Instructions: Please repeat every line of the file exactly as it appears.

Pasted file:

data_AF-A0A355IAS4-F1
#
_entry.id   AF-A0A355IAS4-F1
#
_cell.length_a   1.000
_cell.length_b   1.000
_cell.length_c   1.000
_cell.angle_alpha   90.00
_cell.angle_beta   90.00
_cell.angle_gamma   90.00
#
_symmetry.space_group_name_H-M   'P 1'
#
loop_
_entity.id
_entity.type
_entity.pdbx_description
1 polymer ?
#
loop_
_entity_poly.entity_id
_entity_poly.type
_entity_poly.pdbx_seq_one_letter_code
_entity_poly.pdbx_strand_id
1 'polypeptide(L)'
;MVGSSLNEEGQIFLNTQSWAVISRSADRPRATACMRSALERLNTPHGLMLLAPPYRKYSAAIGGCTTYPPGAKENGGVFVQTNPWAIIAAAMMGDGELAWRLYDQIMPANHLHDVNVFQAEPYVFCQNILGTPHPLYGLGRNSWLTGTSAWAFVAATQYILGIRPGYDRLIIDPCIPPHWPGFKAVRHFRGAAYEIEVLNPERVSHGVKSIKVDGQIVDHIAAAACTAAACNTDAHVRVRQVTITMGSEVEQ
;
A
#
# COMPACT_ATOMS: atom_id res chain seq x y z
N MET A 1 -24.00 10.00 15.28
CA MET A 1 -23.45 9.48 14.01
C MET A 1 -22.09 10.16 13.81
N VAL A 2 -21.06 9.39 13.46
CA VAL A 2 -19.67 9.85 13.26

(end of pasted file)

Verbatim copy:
data_AF-A0A355IAS4-F1
#
_entry.id   AF-A0A355IAS4-F1
#
_cell.length_a   1.000
_cell.length_b   1.000
_cell.length_c   1.000
_cell.angle_alpha   90.00
_cell.angle_beta   90.00
_cell.angle_gamma   90.00
#
_symmetry.space_group_name_H-M   'P 1'
#
loop_
_entity.id
_entity.type
_entity.pdbx_description
1 polymer ?
#
loop_
_entity_poly.entity_id
_entity_poly.type
_entity_poly.pdbx_seq_one_letter_code
_entity_poly.pdbx_strand_id
1 'polypeptide(L)'
;MVGSSLNEEGQIFLNTQSWAVISRSADRPRATACMRSALERLNTPHGLMLLAPPYRKYSAAIGGCTTYPPGAKENGGVFVQTNPWAIIAAAMMGDGELAWRLYDQIMPANHLHDVNVFQAEPYVFCQNILGTPHPLYGLGRNSWLTGTSAWAFVAATQYILGIRPGYDRLIIDPCIPPHWPGFKAVRHFRGAAYEIEVLNPERVSHGVKSIKVDGQIVDHIAAAACTAAACNTDAHVRVRQVTITMGSEVEQ
;
A
#
# COMPACT_ATOMS: atom_id res chain seq x y z
N MET A 1 -24.00 10.00 15.28
CA MET A 1 -23.45 9.48 14.01
C MET A 1 -22.09 10.16 13.81
N VAL A 2 -21.06 9.39 13.46
CA VAL A 2 -19.67 9.85 13.26